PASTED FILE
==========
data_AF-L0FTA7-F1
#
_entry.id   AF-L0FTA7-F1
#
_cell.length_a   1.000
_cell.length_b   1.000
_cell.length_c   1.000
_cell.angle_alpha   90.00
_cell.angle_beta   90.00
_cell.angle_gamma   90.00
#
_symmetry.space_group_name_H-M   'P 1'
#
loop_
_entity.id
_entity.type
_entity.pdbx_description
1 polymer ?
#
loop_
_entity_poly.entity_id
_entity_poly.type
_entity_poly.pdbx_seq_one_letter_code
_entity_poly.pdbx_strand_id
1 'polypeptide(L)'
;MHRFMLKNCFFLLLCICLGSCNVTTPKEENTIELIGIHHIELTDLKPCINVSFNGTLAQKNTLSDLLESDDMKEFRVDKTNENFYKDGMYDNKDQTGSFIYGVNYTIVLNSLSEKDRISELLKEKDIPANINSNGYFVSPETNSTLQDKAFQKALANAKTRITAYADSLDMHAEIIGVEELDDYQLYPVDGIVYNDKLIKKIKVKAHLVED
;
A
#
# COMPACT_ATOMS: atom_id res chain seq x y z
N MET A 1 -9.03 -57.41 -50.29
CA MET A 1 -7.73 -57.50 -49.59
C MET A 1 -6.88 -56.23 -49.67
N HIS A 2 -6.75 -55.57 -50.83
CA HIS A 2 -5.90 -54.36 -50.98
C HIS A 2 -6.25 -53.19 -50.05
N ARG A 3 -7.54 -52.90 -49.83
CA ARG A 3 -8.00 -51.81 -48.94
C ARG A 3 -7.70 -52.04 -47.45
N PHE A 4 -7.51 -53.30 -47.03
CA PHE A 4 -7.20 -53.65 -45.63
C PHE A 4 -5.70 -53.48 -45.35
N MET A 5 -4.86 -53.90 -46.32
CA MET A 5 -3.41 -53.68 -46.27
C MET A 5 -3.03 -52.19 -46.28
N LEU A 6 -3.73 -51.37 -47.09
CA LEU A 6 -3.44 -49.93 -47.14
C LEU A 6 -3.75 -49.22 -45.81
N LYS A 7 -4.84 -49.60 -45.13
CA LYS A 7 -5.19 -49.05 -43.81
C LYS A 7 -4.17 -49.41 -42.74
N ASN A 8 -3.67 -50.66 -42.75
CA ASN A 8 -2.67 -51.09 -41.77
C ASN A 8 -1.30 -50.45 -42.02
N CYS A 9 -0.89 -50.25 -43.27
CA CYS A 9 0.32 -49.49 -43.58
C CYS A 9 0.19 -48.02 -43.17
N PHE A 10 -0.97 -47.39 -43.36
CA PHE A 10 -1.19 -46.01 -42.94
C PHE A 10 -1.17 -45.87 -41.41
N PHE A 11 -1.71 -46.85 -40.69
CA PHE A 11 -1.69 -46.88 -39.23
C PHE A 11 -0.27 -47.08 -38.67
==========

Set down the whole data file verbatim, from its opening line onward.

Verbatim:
data_AF-L0FTA7-F1
#
_entry.id   AF-L0FTA7-F1
#
_cell.length_a   1.000
_cell.length_b   1.000
_cell.length_c   1.000
_cell.angle_alpha   90.00
_cell.angle_beta   90.00
_cell.angle_gamma   90.00
#
_symmetry.space_group_name_H-M   'P 1'
#
loop_
_entity.id
_entity.type
_entity.pdbx_description
1 polymer ?
#
loop_
_entity_poly.entity_id
_entity_poly.type
_entity_poly.pdbx_seq_one_letter_code
_entity_poly.pdbx_strand_id
1 'polypeptide(L)'
;MHRFMLKNCFFLLLCICLGSCNVTTPKEENTIELIGIHHIELTDLKPCINVSFNGTLAQKNTLSDLLESDDMKEFRVDKTNENFYKDGMYDNKDQTGSFIYGVNYTIVLNSLSEKDRISELLKEKDIPANINSNGYFVSPETNSTLQDKAFQKALANAKTRITAYADSLDMHAEIIGVEELDDYQLYPVDGIVYNDKLIKKIKVKAHLVED
;
A
#
# COMPACT_ATOMS: atom_id res chain seq x y z
N MET A 1 -9.03 -57.41 -50.29
CA MET A 1 -7.73 -57.50 -49.59
C MET A 1 -6.88 -56.23 -49.67
N HIS A 2 -6.75 -55.57 -50.83
CA HIS A 2 -5.90 -54.36 -50.98
C HIS A 2 -6.25 -53.19 -50.05
N ARG A 3 -7.54 -52.90 -49.83
CA ARG A 3 -8.00 -51.81 -48.94
C ARG A 3 -7.70 -52.04 -47.45
N PHE A 4 -7.51 -53.30 -47.03
CA PHE A 4 -7.20 -53.65 -45.63
C PHE A 4 -5.70 -53.48 -45.35
N MET A 5 -4.86 -53.90 -46.32
CA MET A 5 -3.41 -53.68 -46.27
C MET A 5 -3.03 -52.19 -46.28
N LEU A 6 -3.73 -51.37 -47.09
CA LEU A 6 -3.44 -49.93 -47.14
C LEU A 6 -3.75 -49.22 -45.81
N LYS A 7 -4.84 -49.60 -45.13
CA LYS A 7 -5.19 -49.05 -43.81
C LYS A 7 -4.17 -49.41 -42.74
N ASN A 8 -3.67 -50.66 -42.75
CA ASN A 8 -2.67 -51.09 -41.77
C ASN A 8 -1.30 -50.45 -42.02
N CYS A 9 -0.89 -50.25 -43.27
CA CYS A 9 0.32 -49.49 -43.58
C CYS A 9 0.19 -48.02 -43.17
N PHE A 10 -0.97 -47.39 -43.36
CA PHE A 10 -1.19 -46.01 -42.94
C PHE A 10 -1.17 -45.87 -41.41
N PHE A 11 -1.71 -46.85 -40.69
CA PHE A 11 -1.69 -46.88 -39.23
C PHE A 11 -0.27 -47.08 -38.67